Traceback (most recent call last): File "app.py", line 30, in init_db db = get_db() File "app.py", line 41, in get_db g.sqlite_db = connect_db() File "/usr/local/lib/python2.7/site-packages/werkzeug/local.py", line 355, in <lambda> __setattr__ = lambda x, n, v: setattr(x._get_current_object(), n, v) File "/usr/local/lib/python2.7/site-packages/werkzeug/local.py", line 297, in _get_current_object return self.__local() File "/usr/local/lib/python2.7/site-packages/flask/globals.py", line 27, in _lookup_app_object raise RuntimeError('working outside of application context') RuntimeError: working outside of application context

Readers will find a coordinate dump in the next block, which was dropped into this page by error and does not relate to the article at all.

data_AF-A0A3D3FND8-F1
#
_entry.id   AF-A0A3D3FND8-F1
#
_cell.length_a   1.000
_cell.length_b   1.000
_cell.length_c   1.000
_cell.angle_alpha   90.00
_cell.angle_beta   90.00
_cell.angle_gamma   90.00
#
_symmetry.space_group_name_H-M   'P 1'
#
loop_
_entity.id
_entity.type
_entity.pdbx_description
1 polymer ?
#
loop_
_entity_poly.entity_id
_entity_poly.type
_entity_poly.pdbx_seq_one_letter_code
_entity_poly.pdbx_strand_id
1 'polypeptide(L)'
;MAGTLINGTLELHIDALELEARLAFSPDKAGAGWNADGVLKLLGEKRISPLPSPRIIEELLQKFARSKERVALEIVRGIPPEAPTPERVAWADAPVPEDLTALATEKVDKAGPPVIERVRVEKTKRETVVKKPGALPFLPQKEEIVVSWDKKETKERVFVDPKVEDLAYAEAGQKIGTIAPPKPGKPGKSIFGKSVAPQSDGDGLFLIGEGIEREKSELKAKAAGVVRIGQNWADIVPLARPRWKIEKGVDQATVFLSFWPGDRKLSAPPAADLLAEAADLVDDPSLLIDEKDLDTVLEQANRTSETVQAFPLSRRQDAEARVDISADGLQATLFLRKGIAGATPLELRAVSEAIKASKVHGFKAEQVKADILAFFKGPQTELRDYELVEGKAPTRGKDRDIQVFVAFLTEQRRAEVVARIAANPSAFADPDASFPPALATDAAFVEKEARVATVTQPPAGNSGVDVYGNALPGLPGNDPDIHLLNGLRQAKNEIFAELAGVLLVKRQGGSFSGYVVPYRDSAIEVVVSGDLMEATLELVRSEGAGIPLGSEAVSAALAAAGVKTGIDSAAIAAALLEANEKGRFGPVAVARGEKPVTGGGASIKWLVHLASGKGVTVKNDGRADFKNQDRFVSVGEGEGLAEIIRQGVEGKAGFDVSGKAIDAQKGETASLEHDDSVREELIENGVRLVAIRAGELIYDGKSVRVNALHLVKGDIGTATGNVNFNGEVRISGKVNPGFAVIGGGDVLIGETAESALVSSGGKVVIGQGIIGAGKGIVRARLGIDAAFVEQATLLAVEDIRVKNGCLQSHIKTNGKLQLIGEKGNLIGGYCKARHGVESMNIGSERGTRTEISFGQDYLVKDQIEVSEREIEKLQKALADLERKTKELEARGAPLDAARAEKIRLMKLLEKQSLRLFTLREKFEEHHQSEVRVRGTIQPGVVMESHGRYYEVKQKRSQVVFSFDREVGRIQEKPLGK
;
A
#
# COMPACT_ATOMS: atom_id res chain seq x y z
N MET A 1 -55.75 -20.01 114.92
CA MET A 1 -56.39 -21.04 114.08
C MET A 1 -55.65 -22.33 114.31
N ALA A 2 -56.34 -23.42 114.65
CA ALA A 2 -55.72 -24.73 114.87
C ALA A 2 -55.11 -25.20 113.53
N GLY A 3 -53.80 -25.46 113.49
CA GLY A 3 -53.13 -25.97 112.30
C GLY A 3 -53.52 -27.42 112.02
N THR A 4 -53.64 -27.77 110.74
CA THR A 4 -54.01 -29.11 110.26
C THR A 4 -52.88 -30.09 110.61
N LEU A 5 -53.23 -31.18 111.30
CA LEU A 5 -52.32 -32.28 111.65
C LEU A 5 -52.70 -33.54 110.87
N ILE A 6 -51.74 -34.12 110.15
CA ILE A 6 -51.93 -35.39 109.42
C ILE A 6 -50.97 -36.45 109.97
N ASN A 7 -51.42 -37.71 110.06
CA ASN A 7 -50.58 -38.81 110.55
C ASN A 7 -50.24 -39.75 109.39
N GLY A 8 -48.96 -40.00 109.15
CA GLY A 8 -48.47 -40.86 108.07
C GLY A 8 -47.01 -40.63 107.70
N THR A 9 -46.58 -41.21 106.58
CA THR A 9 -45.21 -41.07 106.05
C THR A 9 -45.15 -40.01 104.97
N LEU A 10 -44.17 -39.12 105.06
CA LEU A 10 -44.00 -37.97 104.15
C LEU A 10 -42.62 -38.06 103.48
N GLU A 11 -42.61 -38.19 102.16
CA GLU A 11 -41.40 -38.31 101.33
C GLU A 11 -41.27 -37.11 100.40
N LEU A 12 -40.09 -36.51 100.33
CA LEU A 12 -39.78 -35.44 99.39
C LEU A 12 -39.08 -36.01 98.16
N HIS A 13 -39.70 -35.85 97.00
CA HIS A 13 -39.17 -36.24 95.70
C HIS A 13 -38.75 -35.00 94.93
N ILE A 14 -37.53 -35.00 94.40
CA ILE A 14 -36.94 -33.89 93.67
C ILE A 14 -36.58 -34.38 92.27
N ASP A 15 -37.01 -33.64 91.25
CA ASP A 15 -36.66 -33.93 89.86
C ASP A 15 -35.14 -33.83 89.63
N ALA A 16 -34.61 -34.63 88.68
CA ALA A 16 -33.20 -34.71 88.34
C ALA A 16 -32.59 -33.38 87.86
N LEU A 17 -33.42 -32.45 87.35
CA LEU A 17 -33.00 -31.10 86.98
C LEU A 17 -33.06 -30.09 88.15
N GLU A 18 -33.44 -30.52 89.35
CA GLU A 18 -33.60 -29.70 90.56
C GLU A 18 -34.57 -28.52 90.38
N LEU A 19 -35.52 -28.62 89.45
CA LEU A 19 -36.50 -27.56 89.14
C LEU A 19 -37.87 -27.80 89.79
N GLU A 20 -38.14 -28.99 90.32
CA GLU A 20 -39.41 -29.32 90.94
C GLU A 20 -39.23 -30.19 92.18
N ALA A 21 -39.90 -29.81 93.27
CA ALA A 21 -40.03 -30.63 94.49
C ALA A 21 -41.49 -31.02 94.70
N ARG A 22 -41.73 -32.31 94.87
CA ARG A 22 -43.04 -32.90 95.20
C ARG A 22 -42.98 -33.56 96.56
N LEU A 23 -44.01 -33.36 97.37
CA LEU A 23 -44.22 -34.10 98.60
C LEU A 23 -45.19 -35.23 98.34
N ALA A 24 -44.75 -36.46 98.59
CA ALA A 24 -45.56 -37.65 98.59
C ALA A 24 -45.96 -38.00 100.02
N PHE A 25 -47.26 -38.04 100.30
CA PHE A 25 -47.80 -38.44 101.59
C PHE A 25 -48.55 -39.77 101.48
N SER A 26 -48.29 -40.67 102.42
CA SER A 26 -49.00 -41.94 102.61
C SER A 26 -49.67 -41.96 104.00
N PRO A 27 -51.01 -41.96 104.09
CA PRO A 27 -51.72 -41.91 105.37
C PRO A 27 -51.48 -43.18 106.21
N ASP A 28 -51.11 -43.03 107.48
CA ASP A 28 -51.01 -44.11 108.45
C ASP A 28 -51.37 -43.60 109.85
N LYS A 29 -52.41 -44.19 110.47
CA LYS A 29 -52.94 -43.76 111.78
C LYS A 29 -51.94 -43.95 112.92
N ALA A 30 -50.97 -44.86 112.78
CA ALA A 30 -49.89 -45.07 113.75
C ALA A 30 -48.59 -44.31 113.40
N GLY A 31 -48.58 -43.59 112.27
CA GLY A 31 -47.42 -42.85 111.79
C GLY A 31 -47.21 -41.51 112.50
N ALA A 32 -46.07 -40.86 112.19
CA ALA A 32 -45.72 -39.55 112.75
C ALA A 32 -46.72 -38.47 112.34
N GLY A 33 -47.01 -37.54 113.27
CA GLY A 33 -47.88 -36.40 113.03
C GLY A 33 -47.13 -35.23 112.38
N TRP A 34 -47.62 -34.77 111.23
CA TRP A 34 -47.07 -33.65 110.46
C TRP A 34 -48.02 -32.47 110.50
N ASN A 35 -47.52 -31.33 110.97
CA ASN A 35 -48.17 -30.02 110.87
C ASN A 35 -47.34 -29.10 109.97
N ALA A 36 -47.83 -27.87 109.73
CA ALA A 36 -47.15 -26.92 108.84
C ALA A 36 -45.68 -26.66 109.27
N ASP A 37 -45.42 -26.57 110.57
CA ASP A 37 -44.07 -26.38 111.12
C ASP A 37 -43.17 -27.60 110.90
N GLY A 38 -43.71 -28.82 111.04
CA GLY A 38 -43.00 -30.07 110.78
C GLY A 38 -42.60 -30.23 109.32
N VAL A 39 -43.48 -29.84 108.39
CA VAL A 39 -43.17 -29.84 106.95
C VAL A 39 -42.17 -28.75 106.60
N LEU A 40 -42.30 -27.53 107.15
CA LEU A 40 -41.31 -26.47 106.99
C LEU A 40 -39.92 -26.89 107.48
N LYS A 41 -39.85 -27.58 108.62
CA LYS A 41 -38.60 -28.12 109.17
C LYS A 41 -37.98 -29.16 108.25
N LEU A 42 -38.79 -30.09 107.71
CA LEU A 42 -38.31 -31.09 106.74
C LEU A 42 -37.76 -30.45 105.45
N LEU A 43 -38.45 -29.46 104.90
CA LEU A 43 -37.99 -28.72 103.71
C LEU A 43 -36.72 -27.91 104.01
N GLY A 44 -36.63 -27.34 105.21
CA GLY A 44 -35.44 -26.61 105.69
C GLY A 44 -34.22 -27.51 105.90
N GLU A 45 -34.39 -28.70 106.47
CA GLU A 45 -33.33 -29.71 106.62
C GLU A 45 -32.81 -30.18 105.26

Flask requires application context be available when accessing certain items, such as the
g construct. Many of these accessors are simply a proxy for the current version, which is bound to the
Flask application context.
For example, if you’ve got a command line app, you simply need to instantiate your app and push a context:
from flask import Flask, current_app app = Flask(__name__) with app.app_context(): # within this block, current_app points to app. print current_app.name
If you’re looking to get a deeper understanding of how Flask application monitoring works, take a look at the following articles: